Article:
There is tingling nerves, butterflies in the stomach, some apprehension and a rush of adrenaline.
Former Olympic swimmers Michelle Toro and Heather MacLean often experience the same range of emotions working as nurses at Toronto hospitals as they did stepping onto the starting block before a race.
Toro, a nurse in the neonatal intensive care unit at The Hospital for Sick Children, and MacLean, who works at Mount Sinai Hospital where she assists in high-risk deliveries and fetal procedures, credit their training as elite athletes and their time on Canada’s national swim team for helping to prepare them for their medical careers.
“In a code situation, where a lot is happening at once, you need to think quickly,” said Toro, a member of the 4×100-metre freestyle relay team that earned a bronze medal at the 2016 Rio Olympics. “I find when I am in situations like that, I do feel like I can kind of slow it down in my head. Just use the techniques that I used as an athlete [to] narrow my focus and think more sharply and just do what needs to be done in that moment.”
MacLean, part of the 4×100 freestyle relay team that finished 11th at the 2012 London Games, compares the stress of an Olympic year to the apprehension many healthcare workers are experiencing while facing COVID-19.
“Right now, going into the hospital, the feelings that I have are quite similar to that of the Olympic year, not being able to sleep because of anxiety and not knowing what the future holds,” she said. “Just prepping for the Olympics and now, just prepping for COVID-19, you can say there’s similar feeling of fear and anxiety. Except the [stress of the] Olympics ended in six months.”
Threat of coronavirus
Each day, healthcare workers deal with the threat of the coronavirus.
“You walk into a hospital and you feel a layer of fear,” said MacLean. “It’s almost like a fog. People are scared, practitioners are scared, patients are scared.”
The hospitals where the two work have taken precautions against the virus. Patients are restricted to visits by one family member. Nurses wear gowns, masks and goggles.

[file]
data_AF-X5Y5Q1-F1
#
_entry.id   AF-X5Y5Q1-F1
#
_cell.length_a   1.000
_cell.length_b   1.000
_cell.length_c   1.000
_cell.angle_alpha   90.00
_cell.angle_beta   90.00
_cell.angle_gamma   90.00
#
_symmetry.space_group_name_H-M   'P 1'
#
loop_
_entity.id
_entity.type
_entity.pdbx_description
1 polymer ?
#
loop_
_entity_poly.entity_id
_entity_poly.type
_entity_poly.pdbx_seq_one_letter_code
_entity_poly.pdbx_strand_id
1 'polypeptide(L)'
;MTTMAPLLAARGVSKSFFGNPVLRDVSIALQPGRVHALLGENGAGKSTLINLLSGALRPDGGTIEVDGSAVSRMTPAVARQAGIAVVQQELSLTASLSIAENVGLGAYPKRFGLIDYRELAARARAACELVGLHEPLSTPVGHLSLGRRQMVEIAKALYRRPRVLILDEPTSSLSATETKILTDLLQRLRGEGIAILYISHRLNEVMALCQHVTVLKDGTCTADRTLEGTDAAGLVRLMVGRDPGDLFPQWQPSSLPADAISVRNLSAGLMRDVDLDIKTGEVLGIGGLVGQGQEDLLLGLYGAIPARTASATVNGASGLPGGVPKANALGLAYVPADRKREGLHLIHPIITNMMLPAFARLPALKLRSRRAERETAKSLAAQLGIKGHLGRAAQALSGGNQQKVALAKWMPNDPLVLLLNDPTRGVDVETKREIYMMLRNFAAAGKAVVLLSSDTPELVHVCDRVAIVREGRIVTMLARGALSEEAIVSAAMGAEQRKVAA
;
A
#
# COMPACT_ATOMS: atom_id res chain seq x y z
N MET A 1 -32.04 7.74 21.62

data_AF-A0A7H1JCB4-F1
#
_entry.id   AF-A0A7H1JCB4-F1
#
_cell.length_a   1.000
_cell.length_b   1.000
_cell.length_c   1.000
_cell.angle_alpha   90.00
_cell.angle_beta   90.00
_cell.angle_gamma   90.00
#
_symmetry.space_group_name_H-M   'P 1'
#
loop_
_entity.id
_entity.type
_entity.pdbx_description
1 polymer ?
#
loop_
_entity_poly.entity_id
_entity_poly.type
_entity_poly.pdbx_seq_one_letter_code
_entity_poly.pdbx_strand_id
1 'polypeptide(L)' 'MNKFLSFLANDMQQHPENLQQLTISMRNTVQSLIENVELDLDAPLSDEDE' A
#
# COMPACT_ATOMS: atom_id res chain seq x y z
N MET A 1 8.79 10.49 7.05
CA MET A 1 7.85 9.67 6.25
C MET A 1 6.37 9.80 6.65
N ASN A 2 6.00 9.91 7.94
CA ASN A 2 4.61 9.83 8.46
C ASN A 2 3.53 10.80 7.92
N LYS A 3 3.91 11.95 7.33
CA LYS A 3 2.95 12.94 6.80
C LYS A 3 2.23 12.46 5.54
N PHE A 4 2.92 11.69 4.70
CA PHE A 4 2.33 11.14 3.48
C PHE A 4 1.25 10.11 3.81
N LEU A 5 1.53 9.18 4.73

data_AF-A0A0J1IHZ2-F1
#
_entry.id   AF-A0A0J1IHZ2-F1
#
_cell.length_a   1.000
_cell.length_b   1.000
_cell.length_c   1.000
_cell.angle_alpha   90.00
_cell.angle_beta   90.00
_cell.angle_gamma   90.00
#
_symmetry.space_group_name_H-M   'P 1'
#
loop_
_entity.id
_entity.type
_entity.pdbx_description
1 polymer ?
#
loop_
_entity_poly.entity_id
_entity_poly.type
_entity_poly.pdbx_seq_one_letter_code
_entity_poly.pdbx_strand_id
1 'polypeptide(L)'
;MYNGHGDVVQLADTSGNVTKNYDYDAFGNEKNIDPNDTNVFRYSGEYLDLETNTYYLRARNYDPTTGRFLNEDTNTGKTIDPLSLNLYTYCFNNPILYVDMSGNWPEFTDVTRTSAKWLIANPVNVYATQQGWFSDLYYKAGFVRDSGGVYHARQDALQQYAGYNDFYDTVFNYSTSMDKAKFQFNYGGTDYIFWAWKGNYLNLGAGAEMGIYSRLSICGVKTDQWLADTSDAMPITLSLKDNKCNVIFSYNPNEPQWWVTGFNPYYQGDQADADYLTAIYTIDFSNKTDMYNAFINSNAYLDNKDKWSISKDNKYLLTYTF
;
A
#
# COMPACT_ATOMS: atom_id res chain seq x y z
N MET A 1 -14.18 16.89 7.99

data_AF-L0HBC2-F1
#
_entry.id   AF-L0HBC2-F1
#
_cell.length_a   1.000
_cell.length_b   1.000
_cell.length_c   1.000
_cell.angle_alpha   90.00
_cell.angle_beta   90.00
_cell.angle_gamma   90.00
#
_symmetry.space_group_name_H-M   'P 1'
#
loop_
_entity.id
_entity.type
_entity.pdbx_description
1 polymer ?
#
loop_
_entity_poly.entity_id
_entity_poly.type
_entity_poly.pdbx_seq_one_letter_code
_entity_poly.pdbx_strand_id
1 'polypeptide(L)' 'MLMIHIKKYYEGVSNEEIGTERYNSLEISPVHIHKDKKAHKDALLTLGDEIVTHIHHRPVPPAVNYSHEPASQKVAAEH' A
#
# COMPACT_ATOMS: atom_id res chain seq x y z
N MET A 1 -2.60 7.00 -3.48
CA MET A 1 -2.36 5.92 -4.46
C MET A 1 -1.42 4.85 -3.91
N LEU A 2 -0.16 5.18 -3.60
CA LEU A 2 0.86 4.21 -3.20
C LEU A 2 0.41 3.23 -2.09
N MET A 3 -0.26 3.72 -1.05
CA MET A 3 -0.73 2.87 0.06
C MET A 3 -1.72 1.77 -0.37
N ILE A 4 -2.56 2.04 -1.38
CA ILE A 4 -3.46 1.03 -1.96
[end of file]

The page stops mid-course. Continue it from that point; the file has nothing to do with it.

“The big change is wearing a mask for 12 hours, which comes with its own unique challenges,” said Toro. “It does kind of hurt your ears after 12 hours.”
MacLean said the protective gear makes it difficult to form a personal bond with patients.
“In a normal time, it’s a scary time for them,” she said. “One way we can do our job, you build trust with them pretty quickly and get to know them. It’s hard to do that when you’re going into the room fully masked and gowned. You kind of look like an alien.
“I may be smiling under my mask, but they can’t see that.”
During her four years on the national team, Toro swam mostly in sprint races. The slightest mistake could cost fractions of a second and become the difference between being out front or caught in someone’s wake.
“The tiniest details were the most important,” said Toro, who retired in 2018.
“In this world of neonatal intensive care, it’s all about the tiny details. When babies get sick, they present with very subtle changes. It’s the really subtle things that you’re looking for. I kind of parallel that attention to detail [to what] I used to practise as an athlete.”
The team atmosphere of a hospital is similar to what MacLean experienced as a swimmer.
“As much as swimming was an individual sport, you’re also working with your coach, your teammates, the nutritionists and sports psychologists,” she said.
“It’s kind of the same thing here. We have doctors, the respiratory therapists, the anesthesiologists, the baby doctors, the other nurses. It’s kind of a similar aspect in we all have our different jobs but we’re all working towards the same common thing.”
Nursing at SickKids has special significance for Toro. She was born in Pretoria, South Africa, with a cleft lip and palate. After moving to Toronto when she was six, Toro underwent several surgeries at SickKids, the last occurring when she was 19.
“I’ve had a really strong gratitude for SickKids, for what they’ve done for me,” she said.
MacLean, who spent parts of four years on the national team before retiring in 2014, always wanted to work in obstetrics.
“I’ve always been fascinated with birth,” she said. “I think it’s the coolest thing. I’ve seen who knows how many births and each one is special and each one is different.”
Toro remembers competing against MacLean growing up.
“She was always kind of an idol to me, a role model but also a huge rival,” she said.
The hospitals the women work at are connected by a tunnel. Sometimes the babies MacLean helps deliver are transferred to the ward where Toro looks after them.
“I feel like there is a bit of a bond between us because of the way our lives ended up and our how our journeys ran kind of parallel,” said Toro.